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JYMS : Journal of Yeungnam Medical Science

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Review articles
Failed back surgery syndrome—terminology, etiology, prevention, evaluation, and management: a narrative review
Jinseok Yeo
Received April 3, 2024  Accepted May 16, 2024  Published online June 10, 2024  
DOI: https://doi.org/10.12701/jyms.2024.00339    [Epub ahead of print]
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  • 8 Download
AbstractAbstract PDF
Amid the worldwide increase in spinal surgery rates, a significant proportion of patients continue to experience refractory chronic pain, resulting in reduced quality of life and escalated healthcare demands. Failed back surgery syndrome (FBSS) is a clinical condition characterized by persistent or recurrent pain after one or more spinal surgeries. The diverse characteristics and stigmatizing descriptions of FBSS necessitate a reevaluation of its nomenclature to reflect its complexity more accurately. Accurate identification of the cause of FBSS is hampered by the complex nature of the syndrome and limitations of current diagnostic labels. Management requires a multidisciplinary approach that may include pharmacological treatment, physical therapy, psychological support, and interventional procedures, emphasizing realistic goal-setting and patient education. Further research is needed to increase our understanding, improve diagnostic accuracy, and develop more effective management strategies.
Breakthrough pain and rapid-onset opioids in patients with cancer pain: a narrative review
Jinseok Yeo
J Yeungnam Med Sci. 2024;41(1):22-29.   Published online June 30, 2023
DOI: https://doi.org/10.12701/jyms.2023.00367
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  • 218 Download
AbstractAbstract PDF
Breakthrough pain is transitory pain that occurs despite the use of opioids for background pain control. Breakthrough pain occurs in 40% to 80% of patients with cancer pain. Despite effective analgesic therapy, patients and their caregivers often feel that their pain is not sufficiently controlled. Therefore, an improved understanding of breakthrough pain and its management is essential for all physicians caring for patients with cancer. This article reviews the definition, clinical manifestations, accurate diagnostic strategies, and optimal treatment options for breakthrough pain in patients with cancer. This review focuses on the efficacy and safety of rapid-onset opioids, which are the primary rescue drugs for breakthrough pain.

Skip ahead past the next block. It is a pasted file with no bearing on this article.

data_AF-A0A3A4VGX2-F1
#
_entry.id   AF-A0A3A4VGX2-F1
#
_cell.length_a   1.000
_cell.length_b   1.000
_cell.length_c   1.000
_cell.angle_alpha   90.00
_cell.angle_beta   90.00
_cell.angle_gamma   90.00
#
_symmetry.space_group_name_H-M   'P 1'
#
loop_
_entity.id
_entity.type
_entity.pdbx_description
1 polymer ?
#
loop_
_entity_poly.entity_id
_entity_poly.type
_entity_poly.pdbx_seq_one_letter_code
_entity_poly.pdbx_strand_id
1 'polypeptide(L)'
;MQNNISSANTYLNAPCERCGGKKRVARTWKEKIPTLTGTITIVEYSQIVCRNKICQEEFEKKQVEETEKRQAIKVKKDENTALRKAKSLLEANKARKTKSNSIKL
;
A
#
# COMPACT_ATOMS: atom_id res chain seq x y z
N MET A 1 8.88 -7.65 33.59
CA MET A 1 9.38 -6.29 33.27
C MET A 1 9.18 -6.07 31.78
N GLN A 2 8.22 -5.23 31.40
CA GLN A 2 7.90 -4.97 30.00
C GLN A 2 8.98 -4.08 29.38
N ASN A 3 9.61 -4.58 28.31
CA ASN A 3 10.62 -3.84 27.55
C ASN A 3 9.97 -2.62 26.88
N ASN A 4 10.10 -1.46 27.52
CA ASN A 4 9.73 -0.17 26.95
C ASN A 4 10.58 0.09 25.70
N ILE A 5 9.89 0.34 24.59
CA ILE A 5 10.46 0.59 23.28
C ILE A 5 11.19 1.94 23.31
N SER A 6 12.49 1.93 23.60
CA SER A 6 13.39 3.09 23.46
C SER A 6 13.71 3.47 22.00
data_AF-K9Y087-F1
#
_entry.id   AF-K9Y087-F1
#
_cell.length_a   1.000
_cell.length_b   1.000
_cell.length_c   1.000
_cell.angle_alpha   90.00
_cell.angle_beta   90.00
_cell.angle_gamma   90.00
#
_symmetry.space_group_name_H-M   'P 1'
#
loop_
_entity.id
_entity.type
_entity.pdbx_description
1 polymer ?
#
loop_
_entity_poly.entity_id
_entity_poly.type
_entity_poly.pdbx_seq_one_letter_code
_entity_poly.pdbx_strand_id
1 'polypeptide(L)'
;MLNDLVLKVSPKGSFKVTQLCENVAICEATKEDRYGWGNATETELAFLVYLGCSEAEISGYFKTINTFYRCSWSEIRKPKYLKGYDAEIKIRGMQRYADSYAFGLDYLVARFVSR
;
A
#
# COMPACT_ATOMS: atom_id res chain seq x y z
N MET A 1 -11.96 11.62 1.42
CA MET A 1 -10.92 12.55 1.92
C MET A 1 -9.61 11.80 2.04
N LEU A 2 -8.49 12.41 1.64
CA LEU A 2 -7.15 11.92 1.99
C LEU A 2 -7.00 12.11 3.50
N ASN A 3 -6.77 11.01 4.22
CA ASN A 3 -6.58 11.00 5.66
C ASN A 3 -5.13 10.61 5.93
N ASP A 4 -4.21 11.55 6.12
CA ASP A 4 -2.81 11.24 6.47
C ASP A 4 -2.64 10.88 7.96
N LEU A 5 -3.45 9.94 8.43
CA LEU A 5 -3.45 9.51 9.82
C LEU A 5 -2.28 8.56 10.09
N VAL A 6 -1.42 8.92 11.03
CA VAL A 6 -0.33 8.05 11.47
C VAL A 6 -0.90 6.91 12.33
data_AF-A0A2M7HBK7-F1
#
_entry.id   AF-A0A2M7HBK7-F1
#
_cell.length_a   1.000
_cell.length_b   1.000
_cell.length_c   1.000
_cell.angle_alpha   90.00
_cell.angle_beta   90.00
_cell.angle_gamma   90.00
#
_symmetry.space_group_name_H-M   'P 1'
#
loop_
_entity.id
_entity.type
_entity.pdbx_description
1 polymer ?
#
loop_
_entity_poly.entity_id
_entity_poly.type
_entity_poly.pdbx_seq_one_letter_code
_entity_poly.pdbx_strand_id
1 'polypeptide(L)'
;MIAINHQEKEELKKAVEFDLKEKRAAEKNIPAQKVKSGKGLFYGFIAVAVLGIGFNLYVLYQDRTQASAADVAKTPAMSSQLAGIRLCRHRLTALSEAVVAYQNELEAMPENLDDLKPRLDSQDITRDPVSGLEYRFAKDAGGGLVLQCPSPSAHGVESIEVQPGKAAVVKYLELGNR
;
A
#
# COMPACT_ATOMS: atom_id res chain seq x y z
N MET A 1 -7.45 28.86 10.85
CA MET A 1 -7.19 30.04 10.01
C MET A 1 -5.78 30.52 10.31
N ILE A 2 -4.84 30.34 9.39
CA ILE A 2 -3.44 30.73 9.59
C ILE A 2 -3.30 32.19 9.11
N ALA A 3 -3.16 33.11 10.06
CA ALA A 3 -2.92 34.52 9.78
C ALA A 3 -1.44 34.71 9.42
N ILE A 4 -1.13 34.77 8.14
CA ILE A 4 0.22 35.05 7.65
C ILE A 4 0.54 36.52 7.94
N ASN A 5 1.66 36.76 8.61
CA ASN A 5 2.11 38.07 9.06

Original article
Infection prevention measures and outcomes for surgical patients during a COVID-19 outbreak in a tertiary hospital in Daegu, South Korea: a retrospective observational study
Kyung-Hwa Kwak, Jay Kyoung Kim, Ki Tae Kwon, Jinseok Yeo
J Yeungnam Med Sci. 2022;39(3):223-229.   Published online November 5, 2021
DOI: https://doi.org/10.12701/yujm.2021.01431
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  • 95 Download
AbstractAbstract PDF
Background
The first large coronavirus disease 2019 (COVID-19) outbreak outside China occurred in Daegu. In response, we developed infection prevention measures for surgical patients during the outbreak at our hospital and retrospectively reviewed the outcomes of COVID-19–related surgical patients.
Methods
We reviewed the medical records of 118 COVID-19–related surgical patients and monitored their clinical outcomes until March 31, 2021. We also interviewed healthcare workers who participated in their perioperative care at Kyungpook National University Chilgok Hospital. The perioperative management guidelines for COVID-19–related patients were prepared through multidisciplinary discussions, including the infection control department, surgical departments, and anesthesiology department before and during the COVID-19 outbreak.
Results
One standard operating room was temporarily converted to a negative-pressure room by increasing the exhaust air volume, creating a relative pressure of −11.3 Pa. The healthcare workers were equipped with personal protective equipment according to the patient's classification of the risk of COVID-19 transmission. The 118 COVID-19–related patients underwent emergent surgery in the negative-pressure room, including three COVID-19–confirmed patients and five COVID-19–exposed patients.
Conclusion
All surgeries of the COVID-19–related patients were performed without specific adverse events or perioperative COVID-19 transmission. Our experience setting up a negative-pressure operating room and conservative perioperative protocol to prevent COVID-19 transmission will help plan and execute infection control measures in the future.

JYMS : Journal of Yeungnam Medical Science